Radio Transmitters
A transmitter unit which can be tuned to any frequency : n the 80 Mc/s and 160 Mc/s bands is provided, the radio-frequency power output being about 7 watts.  It includes a common modulator unit, but the frequency-multiplying, driving and power-amplifier stages are separate for each of the two bands.  Oscillator stages are not incorporated ; instead, either the output of the frequency-measuring set, or a signal generator, is connected to the transmitter at the appropriate frequency.  Only amplitude modulation is catered for at the moment, but the provision of frequency-modulation transmitters is being considered.

Monitoring Receivers
Receivers of a typical communication type are provided, tunable over the 80 Mc/s and 160 Mc/s bands and suitable for amplitude-modulation and frequency-modulation.  However, the increasing use of 25 kc/s channel services necessitates a higher degree of selectivity and more precise adjustment than is generally available on normal communication receivers; accordingly consideration is being given to the use of conventional 25 kc/s receivers, as employed on mobile-radio services, together with the frequency-measuring set, or a signal generator, in a manner complementary to the radio transmitters described earlier.  Another asset of this type of receiver is its greater sensitivity compared with those at present provided.  A tape recorder is also available for connexion to the receivers as required.

Facilities are provided for mounting three aerials, one on a retractable telescopic mast, which provides a maximum aerial height of about 35 ft above ground, and the other two on the roof of the vehicle.  The telescopic mast is raised through the roof via the block-shaped mounting near the front of the vehicle.

Test Set
Equipment for testing the main characteristics of mobile-radio sets and systems is provided.  This comprises a variable-frequency generator and a test set.  The range of the former incorporates the frequency ranges used by mobile-radio services in the V.H.F. and U.H.F. bands; it can be used on amplitude-modulation and frequency-modulation equipment and has facilities for modulating the carrier wave with an audio tone of 1 kc/s.  The test set includes a deviation meter, an R.F. power meter, an audio power meter and also d.c. meters for current and voltage measurements.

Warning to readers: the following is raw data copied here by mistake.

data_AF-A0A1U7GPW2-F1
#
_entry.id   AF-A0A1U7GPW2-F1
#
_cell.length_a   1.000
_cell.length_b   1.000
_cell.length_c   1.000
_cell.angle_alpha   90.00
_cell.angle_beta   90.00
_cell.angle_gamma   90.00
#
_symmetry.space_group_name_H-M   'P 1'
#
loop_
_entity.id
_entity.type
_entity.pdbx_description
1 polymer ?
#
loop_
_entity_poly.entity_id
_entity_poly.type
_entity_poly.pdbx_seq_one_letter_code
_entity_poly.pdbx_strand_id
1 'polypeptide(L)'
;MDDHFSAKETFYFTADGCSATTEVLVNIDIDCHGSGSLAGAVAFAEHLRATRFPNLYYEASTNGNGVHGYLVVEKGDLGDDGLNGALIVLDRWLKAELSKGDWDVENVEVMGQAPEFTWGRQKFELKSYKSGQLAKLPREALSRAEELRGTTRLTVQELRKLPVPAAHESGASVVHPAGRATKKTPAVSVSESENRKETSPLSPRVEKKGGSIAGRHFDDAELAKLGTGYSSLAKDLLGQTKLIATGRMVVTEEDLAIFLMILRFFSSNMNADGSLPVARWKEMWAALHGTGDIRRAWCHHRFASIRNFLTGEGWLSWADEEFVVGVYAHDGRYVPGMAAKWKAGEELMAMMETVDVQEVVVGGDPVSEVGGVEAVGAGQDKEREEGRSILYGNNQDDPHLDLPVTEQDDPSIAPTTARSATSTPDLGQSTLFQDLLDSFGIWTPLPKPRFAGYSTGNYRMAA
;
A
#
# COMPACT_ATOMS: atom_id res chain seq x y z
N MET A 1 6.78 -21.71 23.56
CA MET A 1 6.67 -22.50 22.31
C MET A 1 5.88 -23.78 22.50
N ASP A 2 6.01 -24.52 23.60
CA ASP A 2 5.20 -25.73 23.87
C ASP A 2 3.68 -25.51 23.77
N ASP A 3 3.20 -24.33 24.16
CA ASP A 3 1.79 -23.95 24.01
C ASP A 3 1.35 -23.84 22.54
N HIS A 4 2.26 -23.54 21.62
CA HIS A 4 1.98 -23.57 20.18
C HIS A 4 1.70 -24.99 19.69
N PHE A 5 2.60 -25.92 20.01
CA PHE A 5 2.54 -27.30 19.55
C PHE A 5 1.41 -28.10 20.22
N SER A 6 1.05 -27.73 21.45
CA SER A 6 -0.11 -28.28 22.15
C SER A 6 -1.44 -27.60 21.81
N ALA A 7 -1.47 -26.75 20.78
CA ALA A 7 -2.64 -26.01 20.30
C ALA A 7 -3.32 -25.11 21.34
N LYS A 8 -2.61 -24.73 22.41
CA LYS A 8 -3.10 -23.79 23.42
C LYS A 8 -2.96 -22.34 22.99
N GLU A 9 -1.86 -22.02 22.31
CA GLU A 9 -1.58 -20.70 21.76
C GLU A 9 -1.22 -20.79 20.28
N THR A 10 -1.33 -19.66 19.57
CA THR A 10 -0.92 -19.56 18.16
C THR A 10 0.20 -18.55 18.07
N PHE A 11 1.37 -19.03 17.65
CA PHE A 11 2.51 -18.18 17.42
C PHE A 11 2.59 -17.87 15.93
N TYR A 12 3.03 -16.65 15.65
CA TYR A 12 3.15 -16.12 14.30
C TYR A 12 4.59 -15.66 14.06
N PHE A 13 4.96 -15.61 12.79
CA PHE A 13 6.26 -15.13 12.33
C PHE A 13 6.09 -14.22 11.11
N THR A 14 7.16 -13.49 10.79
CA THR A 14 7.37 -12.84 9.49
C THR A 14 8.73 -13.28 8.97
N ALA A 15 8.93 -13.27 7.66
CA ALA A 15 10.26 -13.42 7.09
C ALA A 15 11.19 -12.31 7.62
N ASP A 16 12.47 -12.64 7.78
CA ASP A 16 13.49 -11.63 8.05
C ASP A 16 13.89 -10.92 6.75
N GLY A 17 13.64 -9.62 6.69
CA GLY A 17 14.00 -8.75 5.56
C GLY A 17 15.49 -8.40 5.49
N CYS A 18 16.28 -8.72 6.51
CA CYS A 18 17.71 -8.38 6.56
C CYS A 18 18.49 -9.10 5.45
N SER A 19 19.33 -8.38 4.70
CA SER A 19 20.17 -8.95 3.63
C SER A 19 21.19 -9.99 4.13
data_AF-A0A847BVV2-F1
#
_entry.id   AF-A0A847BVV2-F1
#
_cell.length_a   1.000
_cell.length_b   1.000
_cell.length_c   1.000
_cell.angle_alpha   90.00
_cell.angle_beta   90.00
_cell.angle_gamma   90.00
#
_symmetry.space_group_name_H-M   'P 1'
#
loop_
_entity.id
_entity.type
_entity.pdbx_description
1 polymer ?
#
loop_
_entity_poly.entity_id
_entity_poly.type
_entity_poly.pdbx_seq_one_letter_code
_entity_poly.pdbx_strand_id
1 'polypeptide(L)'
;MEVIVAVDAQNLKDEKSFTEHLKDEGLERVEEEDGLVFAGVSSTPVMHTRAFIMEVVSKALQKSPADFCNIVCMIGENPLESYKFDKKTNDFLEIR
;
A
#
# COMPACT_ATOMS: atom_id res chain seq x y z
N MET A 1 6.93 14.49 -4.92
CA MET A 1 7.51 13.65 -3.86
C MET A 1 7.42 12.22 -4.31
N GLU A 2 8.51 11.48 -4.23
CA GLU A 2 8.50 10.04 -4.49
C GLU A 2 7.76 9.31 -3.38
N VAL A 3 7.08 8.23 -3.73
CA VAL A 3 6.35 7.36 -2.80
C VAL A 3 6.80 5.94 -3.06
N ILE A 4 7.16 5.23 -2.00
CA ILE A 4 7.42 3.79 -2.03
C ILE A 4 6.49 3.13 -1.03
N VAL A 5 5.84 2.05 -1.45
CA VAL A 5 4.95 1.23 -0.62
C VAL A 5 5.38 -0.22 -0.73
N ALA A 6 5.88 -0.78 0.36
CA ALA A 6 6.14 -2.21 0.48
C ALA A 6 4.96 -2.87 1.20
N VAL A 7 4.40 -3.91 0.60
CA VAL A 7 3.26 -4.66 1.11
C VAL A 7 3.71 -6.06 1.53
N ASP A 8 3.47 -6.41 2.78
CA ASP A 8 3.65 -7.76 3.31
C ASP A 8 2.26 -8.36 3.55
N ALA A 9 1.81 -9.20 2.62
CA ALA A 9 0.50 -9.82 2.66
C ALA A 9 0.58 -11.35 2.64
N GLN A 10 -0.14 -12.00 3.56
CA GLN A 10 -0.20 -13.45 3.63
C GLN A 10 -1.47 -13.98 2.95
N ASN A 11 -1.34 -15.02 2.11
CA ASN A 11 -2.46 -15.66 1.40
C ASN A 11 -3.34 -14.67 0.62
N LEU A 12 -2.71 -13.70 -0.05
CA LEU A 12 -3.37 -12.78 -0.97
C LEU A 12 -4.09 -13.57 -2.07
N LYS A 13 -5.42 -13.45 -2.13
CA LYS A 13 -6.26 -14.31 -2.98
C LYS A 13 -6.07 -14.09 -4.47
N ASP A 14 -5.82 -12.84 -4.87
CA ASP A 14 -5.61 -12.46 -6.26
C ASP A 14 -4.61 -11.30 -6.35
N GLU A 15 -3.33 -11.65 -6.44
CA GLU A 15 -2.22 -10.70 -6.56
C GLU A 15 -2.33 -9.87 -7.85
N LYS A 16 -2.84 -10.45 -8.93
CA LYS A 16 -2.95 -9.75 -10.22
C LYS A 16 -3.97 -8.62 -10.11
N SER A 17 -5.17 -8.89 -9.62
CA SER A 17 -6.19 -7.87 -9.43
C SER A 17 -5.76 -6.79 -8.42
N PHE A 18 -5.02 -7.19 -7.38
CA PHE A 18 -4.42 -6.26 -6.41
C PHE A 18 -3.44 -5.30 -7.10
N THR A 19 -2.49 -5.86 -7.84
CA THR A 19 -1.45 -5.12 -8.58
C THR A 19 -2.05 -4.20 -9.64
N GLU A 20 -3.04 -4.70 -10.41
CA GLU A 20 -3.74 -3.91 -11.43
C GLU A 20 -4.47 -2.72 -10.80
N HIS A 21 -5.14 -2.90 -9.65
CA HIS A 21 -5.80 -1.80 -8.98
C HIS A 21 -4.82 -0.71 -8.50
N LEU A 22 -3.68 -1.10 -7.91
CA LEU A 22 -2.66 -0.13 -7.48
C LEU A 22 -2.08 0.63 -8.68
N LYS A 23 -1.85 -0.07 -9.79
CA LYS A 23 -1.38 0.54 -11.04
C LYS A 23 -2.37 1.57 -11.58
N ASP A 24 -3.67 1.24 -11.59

Field-Strength Measuring Set
The field-strength measuring set is the Post Office Interference Measuring Set R12 used for general radio-interference work.  It covers the range approximately of 30-200 Mc/s and is normally used in conjunction with a portable telescopic dipole aerial the length of which can readily be adjusted according to the frequency at which measurements are to be made.

Auxiliary Power Supply
As stated earlier there is a 3-7 kW generator driven by a petrol engine to supply power, additional to that obtained from the vehicle and generator-set engines.  A 24-volt battery is necessary for the starter winding of the generator set, but only 12 volts is needed for the ignition system, which comprises the starter solenoid, the engine fuel pump and water temperature and oil pressure alarms.  The generator is set to supply 230 volts at 50 c/s; there is a manual regulator to control this voltage, and if need be the frequency can be adjusted or set to another value, e.g. 60 c/s, on the machine.  A standard electric running-hour meter is connected to the 230-volt output to record the total number of hours run by the petrol generator.  The 230-volt supply is taken via a change-over switch to a distribution fuse box and from there fed to the electronic equipment, fluorescent lighting and, exceptionally, a heater for the coach.  The load is maintained at a prescribed figure by the connexion of artificial loads according to the actual load at the time.

It should be noted that the potential output of 3-75kW from the generator set allows a considerable margin  for any additional demand that might arise in the future; a contributory factor to having the large reserve power was that there was no model available between 1-5 kW and 3-75 kW.  A public supply of 230 volts a.c. may be used instead of the generator.

The 24-volt battery is also used to heat the crystal oven in the frequency measuring set and provision is made for refresher charging of this battery when a mains supply is used.

The 12-volt battery for the vehicle itself is used to supply power when necessary for equipment, such as mobile-radio sets, which may be brought into service for special tests.


BACK Home page BT/GPO Telephones Search the Site Vehicles Home Page Quick Find All Telephone Systems

Last revised: February 06, 2021